In one of my first instructional design courses as a graduate student, the professor Dr. Mimi Recker would very often answer questions about instructional design best practices with, "it depends." As I've moved forward in my career as an instructional designer, I have realized how important it is to really understand many of the variables in my work. Truly, in instructional design, context is everything. It affects how we apply our tools, theories, processes, and technologies to design effective instruction.
- Designer Background – Every instructional designer has a different background that affects the use of instructional design tools. This background also affects how the designer perceives and responds to the other contextual influences below.
- Community – Instructional designers work within a community, and the norms, culture, communication style, and expectations of community members can strongly influence how a designer works and the instruction they design.
- Goals and Purposes – The goals and purposes of an organization directly influence many aspects of instructional design. For example, a fast-moving corporation (with goals of gaining profits, developing products and marketing to end-users) places different time and product demands on a designer than a large research university (with semester-long courses and goals of producing researchers).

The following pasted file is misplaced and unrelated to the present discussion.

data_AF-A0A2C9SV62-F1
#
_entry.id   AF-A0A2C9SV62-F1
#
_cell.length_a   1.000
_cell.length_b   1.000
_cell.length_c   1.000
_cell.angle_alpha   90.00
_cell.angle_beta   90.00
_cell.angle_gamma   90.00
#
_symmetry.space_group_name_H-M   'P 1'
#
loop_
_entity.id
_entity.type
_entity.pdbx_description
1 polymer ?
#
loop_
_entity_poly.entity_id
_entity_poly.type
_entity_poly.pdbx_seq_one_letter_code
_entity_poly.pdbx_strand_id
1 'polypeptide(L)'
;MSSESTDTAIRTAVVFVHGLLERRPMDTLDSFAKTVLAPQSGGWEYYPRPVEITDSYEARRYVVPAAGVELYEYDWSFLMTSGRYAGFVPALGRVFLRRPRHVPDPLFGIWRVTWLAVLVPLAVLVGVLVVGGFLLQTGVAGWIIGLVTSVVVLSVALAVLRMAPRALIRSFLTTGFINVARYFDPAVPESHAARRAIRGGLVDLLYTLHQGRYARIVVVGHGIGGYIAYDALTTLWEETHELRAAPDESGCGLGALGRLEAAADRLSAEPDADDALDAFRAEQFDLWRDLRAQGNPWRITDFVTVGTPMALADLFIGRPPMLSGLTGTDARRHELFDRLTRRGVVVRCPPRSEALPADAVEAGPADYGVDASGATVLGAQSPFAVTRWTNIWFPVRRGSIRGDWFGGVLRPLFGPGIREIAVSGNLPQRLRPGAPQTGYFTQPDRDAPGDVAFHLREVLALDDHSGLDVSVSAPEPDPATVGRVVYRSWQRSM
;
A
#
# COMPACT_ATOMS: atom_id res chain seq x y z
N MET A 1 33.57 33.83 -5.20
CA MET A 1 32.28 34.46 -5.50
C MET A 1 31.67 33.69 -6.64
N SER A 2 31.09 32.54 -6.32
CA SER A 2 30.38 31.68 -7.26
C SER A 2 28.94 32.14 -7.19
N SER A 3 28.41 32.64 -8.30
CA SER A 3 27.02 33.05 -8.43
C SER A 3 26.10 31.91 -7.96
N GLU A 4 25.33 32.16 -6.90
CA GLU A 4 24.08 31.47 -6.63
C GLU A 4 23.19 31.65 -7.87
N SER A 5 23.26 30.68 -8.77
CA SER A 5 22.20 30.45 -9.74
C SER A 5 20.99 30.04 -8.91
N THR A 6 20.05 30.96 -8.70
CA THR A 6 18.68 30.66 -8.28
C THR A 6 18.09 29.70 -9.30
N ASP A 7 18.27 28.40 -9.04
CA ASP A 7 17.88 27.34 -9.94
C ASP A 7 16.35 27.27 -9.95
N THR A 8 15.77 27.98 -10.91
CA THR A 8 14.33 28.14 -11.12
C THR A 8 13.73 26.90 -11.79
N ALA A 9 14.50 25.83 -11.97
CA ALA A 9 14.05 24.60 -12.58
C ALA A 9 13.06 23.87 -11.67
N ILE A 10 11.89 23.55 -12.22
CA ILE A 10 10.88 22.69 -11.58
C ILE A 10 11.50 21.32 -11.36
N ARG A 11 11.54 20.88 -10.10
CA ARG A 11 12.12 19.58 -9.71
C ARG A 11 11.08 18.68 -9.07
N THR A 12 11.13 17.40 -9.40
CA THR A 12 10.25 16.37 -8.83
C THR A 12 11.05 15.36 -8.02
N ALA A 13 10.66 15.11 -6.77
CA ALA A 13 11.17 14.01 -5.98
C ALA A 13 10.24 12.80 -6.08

- Design Technologies – The kinds of technologies available and used within a context also directly influence the work of a designer. For example, developing instruction with HTML has specific constraints and that an instructional designer must work in. In contrast, using a desktop capturing tool to develop instruction has another set of constraints. Limited or prescribed access to technology can heavily influence design activity and product.
- Rules and Policies – The rules and policies of an organization can also heavily influence design. For example, if there are design standards or structural requirements, the designer's work is immediately constrained.
- Division of Labor –the individuals a designer works with and shares design functions with also have a strong influence. In smaller organizations, the designer often takes on development and deployment functions, while a larger organization might have different teams who perform these functions.